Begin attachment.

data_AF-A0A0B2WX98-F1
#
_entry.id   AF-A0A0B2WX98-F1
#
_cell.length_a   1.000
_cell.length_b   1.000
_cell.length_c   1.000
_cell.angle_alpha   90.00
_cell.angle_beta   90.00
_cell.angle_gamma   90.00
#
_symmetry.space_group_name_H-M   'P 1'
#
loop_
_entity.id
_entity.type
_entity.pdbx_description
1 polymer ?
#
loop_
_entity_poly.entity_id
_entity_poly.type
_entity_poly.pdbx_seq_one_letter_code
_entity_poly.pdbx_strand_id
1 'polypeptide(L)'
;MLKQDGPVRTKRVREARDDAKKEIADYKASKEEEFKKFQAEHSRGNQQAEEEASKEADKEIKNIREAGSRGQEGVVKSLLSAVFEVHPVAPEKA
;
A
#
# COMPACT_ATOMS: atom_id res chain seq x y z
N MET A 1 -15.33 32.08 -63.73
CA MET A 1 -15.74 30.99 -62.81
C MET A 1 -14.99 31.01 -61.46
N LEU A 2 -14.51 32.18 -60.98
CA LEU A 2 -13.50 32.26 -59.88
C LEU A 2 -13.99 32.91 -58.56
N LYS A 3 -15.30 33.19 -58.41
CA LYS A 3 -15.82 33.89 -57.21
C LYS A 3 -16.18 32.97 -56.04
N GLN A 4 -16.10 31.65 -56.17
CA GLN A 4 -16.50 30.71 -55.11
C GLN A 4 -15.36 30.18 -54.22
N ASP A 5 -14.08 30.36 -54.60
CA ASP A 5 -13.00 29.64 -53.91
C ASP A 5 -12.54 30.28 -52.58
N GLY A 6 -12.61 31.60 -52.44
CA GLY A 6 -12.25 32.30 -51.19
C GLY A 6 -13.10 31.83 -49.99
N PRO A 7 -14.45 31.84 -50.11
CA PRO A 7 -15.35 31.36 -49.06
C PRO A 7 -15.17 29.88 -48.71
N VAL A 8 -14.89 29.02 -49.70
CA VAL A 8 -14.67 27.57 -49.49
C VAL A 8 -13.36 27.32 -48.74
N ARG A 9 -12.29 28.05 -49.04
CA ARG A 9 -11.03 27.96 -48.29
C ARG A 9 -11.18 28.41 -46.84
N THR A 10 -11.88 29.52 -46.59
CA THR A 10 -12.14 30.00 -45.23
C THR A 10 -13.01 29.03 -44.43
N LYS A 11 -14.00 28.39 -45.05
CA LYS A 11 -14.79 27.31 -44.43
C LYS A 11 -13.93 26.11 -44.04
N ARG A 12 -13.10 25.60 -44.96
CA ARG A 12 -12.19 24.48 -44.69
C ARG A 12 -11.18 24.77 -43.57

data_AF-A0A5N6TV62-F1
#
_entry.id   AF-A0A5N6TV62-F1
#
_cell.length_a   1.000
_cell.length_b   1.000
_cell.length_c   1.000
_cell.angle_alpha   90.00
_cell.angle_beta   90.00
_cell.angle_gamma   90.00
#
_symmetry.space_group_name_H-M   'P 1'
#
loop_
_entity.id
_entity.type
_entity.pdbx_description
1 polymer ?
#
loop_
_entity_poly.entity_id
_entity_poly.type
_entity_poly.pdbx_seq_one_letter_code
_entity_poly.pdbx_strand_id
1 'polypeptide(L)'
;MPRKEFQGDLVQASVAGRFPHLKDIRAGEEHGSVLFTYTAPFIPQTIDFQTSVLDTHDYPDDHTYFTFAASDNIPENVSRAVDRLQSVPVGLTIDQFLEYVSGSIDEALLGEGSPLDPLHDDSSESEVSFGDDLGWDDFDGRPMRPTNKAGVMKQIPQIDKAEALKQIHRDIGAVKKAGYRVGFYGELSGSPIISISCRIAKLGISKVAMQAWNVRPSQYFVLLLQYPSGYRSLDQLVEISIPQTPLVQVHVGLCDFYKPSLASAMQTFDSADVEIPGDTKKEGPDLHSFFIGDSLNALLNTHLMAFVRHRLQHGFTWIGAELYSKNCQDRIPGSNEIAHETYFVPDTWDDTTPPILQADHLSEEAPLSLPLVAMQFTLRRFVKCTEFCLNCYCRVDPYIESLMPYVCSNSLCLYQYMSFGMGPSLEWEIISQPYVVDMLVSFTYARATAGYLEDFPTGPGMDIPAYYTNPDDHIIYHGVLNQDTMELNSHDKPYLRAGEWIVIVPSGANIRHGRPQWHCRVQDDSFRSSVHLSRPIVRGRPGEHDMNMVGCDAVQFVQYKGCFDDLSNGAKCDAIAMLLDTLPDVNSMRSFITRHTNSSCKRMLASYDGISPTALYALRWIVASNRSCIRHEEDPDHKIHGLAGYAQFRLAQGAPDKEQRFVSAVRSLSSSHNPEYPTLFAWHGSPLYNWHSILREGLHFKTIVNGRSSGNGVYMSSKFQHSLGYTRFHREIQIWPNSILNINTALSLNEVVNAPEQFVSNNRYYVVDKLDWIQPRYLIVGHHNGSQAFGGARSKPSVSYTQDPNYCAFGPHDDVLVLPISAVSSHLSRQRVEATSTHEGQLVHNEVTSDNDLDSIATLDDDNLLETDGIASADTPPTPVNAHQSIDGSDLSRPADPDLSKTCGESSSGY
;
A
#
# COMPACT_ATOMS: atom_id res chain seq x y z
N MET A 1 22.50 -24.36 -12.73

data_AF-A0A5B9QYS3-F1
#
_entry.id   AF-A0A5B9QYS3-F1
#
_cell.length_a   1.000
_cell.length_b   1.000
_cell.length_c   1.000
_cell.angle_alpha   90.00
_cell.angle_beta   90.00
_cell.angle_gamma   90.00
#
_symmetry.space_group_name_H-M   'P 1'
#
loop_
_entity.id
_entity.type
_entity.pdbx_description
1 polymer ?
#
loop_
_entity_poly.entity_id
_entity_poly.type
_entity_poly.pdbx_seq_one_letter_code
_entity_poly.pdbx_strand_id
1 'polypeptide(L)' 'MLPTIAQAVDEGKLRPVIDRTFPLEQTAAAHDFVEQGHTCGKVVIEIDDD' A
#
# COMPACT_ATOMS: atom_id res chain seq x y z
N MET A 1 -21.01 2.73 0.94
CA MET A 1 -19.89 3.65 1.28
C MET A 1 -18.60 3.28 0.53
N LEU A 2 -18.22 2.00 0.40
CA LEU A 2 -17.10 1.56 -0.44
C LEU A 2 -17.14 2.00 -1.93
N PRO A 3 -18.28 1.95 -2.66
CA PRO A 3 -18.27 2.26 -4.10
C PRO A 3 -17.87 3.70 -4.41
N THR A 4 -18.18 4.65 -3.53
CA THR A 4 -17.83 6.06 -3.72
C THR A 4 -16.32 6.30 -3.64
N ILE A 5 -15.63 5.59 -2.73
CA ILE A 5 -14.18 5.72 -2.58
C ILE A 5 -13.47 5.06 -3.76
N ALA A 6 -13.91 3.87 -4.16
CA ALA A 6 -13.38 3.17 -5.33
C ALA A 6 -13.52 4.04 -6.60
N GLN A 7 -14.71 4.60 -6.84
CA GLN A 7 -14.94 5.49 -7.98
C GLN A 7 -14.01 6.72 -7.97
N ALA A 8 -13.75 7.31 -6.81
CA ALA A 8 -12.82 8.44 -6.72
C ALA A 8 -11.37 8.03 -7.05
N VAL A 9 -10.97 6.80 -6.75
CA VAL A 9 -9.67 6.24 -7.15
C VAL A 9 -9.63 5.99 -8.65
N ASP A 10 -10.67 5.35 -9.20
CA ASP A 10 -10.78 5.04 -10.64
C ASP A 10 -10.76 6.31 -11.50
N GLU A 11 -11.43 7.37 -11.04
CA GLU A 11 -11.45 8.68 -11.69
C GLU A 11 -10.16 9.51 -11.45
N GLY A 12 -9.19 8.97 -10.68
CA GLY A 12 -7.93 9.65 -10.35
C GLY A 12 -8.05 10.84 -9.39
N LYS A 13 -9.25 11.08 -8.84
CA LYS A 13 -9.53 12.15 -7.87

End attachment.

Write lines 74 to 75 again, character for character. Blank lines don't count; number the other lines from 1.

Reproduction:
_cell.angle_alpha   90.00
_cell.angle_beta   90.00